The pattern is a very easy sew, I have made a number of jersey tops over the last couple of years so pretty much skipped through the instructions although I did pay attention for the tie which is a detail that I haven’t sewn before. I found the instructions very clear for this stage.

I was so impressed with the pattern that I went straight on to make another, this time I used a striped French Terry from Lamazi Fabrics, at the time of writing the fabric is still available and can be found here:

Groovy Stripes Green / Chocolate Cotton French Terry

The fabric is lovely quality and washes well, it is also very soft to the touch. This time I used some contrasting cuffing fabric to finish off the sleeves which is a perfect match to the brown stripes.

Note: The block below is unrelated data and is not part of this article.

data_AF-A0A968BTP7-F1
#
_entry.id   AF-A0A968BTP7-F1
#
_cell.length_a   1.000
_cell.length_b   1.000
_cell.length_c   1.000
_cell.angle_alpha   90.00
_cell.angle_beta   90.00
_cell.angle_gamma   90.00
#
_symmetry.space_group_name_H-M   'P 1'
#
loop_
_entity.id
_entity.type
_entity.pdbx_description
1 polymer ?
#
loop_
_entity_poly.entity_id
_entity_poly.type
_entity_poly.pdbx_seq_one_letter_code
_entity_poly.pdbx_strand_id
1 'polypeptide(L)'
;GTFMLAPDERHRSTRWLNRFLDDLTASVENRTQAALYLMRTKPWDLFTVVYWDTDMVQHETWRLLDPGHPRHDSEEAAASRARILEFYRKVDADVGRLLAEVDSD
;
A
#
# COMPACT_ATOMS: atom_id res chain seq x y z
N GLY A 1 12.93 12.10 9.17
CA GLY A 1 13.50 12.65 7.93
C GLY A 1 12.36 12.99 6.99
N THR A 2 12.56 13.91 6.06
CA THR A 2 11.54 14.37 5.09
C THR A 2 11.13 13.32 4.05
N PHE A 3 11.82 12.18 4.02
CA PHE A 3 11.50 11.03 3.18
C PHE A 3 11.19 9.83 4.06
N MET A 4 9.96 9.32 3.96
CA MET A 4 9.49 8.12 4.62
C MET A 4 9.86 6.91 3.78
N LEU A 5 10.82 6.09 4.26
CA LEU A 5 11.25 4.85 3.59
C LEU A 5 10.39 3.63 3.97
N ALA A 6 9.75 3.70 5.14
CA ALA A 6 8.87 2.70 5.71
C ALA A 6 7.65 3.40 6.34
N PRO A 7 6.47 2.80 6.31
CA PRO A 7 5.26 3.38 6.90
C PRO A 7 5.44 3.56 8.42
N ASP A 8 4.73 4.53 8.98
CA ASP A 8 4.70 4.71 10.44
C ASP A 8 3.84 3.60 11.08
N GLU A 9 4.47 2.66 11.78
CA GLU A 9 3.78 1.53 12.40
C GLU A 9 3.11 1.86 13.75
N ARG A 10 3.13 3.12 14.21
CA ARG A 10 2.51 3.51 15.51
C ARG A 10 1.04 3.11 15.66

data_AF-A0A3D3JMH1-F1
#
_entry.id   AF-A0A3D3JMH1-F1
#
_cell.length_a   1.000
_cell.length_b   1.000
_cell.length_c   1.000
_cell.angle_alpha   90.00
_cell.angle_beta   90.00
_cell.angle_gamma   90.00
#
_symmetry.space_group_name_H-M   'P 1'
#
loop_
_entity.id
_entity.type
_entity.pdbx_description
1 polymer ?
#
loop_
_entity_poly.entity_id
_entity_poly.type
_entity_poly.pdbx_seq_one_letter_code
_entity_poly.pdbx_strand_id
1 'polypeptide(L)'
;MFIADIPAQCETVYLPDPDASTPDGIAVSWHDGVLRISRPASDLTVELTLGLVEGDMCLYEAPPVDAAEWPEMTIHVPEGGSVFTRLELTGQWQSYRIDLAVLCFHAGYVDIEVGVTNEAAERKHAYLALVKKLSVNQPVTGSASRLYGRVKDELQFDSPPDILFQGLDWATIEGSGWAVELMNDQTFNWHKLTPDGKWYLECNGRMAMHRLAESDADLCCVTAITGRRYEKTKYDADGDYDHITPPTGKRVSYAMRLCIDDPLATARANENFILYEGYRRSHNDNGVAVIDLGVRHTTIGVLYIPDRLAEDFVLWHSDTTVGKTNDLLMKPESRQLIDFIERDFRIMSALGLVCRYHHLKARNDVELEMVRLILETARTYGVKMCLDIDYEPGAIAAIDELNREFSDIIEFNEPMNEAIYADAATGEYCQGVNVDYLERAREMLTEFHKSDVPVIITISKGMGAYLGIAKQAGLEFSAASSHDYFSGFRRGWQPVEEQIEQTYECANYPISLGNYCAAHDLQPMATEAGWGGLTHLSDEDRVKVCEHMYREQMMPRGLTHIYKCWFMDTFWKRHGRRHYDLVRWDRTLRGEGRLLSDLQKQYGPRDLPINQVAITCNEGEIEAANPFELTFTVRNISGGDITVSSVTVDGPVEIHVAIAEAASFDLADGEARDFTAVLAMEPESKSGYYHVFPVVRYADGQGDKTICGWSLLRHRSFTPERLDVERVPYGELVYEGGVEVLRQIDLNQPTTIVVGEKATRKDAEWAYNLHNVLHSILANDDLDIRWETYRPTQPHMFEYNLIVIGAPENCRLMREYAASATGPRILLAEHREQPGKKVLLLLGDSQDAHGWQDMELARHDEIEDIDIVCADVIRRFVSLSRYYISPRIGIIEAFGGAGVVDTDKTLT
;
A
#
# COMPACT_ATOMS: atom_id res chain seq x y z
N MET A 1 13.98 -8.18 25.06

With Christmas fast approaching I decided I just had time to squeeze one more in before packing my machine away. I sew at the kitchen table but will be cooking for 10 this year so needed to clear my sewing machine and all the paraphernalia that goes with it away. I wanted something with a little bit of sparkle and picked up some sweatshirting fabric which has cute glittery foxes on it from a local fabric shop.

This time a went for View B but lengthened the body by 1 inch and shortened the sleeves by 2 inches.

This is definitely one of those patterns that I will be returning to time and time again. I actually have another one planned with some fabric that I have had in my stash since the summer, next time I am planning on lengthening the pattern into a dress but that will have to wait until the New Year when Christmas festivities are over and I can get my sewing table back.